• It is best if it has ties to the story that it's part of.  The dungeon is full of kobolds.  Perhaps as they sneak past, one of the kobolds reveals some background explaining why they live in this old dungeon, and why they have been raiding local villages.
  • It must connect to or expand the characters' stories.  The GM may wish to have one of the kobolds blaspheme horribly against the cleric's church, tempting that player to make a story decision - ignore the blasphemy and feel ashamed of his cowardice (loyal cowardice) or punish the evil blasphemer and risk Trini's life (prideful righteousness).

The purpose of involving the system at all, for a narrativist troupe, is to randomly decide story consequences and empower the players to shift the story, using the system.  The GM does not have the power (without going beyond the system) to have a kobold blaspheme against a church and get away with it, if the system allows the players' characters to punish that kobold.

For a narrativist player, the game advantage of not expending extra resources fighting kobold guards is minimal compared to the story advantage of, say, the cleric's being forced to decide between loyal cowardice and prideful righteousness.  The cleric's player will not choose based on game strategy (if he is a narrativist player).  He will choose the story outcome he likes best, between the two unpleasant options.  Obviously the game consequence of the rogue being trapped and killed or of the party expending resources in an unnecessary battle have a story consequences, but the tension comes from not knowing how likely they are or how bad they will be.  That tension is a story element, much like the reader of a novel not knowing how the protagonist will suffer for making a prideful mistake.


In addition to S being the last letter in GNS, I saved it for last because the simulation approach is the one most common in RPGs.  The purpose of system for simulationist players is to model outcomes of diagetic-level imagined events in the game world with a high degree of verisimilitude.  The words I used are literary, so I'm going to explain them.  Verisimilitude literally means "seems real," and its literary definition is complicated but basically means things make sense within the fictional world.  "Realistic" is a bad word to use for games with elves and magic; but within the game world, if it would be "realistic" that casting a spell under stress may result in the spell backfiring, then a system should produce a chance of spell backfire when a spell is cast under stress.  Diagetic level means the conceptual level of events that occur within the story.  Extradiagetic means the conceptual level of the people narrating the story.  Applying those ideas to tabletop roleplaying, what happens in the game world is "diagetic" while what happens at the table, among the players, is extradiagetic.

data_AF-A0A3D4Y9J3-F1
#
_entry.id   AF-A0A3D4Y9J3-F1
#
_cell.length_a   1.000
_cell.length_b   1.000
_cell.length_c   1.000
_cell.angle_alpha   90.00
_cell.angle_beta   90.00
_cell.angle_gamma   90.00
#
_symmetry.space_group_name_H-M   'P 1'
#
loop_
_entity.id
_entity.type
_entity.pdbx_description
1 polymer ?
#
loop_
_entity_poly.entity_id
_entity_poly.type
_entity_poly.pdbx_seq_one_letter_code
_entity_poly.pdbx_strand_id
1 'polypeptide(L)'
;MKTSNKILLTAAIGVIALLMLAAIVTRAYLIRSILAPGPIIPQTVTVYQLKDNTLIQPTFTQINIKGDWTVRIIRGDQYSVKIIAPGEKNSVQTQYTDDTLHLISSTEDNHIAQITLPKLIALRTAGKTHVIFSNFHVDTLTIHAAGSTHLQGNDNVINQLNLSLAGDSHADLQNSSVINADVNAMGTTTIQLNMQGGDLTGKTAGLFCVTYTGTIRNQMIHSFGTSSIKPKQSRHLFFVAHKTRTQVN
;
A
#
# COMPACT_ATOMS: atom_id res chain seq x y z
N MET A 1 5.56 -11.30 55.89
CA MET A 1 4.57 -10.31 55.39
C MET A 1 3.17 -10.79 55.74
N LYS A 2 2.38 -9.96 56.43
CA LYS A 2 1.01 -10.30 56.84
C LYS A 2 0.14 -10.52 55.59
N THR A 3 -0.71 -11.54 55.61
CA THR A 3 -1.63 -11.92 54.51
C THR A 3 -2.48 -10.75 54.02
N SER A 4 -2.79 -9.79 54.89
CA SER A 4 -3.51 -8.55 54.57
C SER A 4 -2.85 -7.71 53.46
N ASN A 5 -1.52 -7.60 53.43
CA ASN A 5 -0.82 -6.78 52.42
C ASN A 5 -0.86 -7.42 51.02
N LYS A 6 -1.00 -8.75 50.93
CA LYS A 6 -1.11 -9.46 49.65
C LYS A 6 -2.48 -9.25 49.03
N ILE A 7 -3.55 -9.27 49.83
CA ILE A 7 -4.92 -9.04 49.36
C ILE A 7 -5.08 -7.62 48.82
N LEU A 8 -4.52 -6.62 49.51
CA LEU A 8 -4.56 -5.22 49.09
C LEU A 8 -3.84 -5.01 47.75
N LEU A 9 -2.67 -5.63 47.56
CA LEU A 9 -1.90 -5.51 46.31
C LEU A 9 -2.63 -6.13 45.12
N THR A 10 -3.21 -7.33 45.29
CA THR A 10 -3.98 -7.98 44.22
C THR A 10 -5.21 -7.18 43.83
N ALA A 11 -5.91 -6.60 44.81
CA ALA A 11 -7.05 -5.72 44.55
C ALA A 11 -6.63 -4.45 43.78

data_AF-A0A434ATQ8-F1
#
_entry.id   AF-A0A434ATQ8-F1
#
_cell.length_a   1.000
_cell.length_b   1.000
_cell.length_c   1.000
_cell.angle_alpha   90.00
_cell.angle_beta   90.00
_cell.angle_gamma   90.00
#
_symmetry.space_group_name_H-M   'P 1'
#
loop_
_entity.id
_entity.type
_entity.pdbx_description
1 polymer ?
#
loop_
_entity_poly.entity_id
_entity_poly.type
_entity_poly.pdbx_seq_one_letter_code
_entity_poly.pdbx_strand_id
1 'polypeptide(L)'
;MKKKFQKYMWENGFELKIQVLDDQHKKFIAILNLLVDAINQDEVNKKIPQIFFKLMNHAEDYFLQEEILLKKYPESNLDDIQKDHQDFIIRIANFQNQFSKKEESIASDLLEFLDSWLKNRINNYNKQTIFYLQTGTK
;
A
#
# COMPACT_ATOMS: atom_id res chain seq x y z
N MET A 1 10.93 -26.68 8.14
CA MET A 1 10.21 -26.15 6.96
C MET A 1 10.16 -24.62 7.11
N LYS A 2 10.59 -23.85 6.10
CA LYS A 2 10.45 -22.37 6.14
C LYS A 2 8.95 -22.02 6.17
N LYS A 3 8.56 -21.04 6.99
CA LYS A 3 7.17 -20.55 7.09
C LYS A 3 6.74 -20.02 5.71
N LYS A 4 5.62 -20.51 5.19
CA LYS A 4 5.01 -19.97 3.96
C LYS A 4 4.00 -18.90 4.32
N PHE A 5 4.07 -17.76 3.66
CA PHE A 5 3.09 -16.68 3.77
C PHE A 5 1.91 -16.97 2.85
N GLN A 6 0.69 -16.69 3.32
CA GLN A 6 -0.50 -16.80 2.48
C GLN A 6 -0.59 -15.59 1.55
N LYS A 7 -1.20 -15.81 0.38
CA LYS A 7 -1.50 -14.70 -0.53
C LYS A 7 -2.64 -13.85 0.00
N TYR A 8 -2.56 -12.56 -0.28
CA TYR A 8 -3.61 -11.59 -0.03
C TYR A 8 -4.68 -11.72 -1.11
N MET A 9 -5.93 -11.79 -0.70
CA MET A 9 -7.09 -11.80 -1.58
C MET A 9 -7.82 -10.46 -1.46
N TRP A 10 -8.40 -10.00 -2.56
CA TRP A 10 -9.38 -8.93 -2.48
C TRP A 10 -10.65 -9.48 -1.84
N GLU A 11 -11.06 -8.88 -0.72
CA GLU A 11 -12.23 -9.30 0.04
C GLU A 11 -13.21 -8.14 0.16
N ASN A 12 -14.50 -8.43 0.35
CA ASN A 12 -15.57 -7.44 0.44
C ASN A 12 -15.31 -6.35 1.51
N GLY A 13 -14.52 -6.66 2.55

Simulationist GMs would design the challenge far differently than Gamist GMs.

  • Trini's plan makes sense to a simulationist player.  A group sneaking past guards in a cluster is far more likely to be noticed than people sneaking past one at a time.
  • Simulationist GMs would constuct the challenges in this scene to reflect the rules of the game world.  The floor is crumbling stone tiles, the cleric is wearing metal armor that clanks and squeaks.  But the kobolds are not totally alert, and the sound of their quiet conversation may mask the sound of the protagonists' skulking.  Kobolds can see in the dark, but not when torchlight is present.  They are unwise, and thus less likely to understand the significance of what they hear, so their skill at noticing danger may be low.  The door is old, and the lock is probably rusty and hard to open; but likely to be simpler than the contemporary locks Trini is used to.  
  • A simulationist GM would not make a "game" of the situation.  The three strikes rule the gamist GM invented is purely extradiagetic and may annoy simulationist players.  A simulationist GM would decide how the kobolds reacted based on diagetic information alone.  That is, if a character in soft boots failed a Move Silently check, it may make a scuffing sound like a rat; but a character in steel greaves may make a clanking sound that arouses their suspicions far more.
Players of all creative agendas are concerned about rising tension as the story approaches the climax.  For simulationist players, it makes sense that the danger would increase the deeper into the unknown the heroes venture.  And simulationist GMs will reflect this with warrens of catacombs, wandering monsters, monsters hearing the sounds of battle and joining to make the challenge harder, and elite monsters hiding deeper in the dungeon, because that is where the power lies.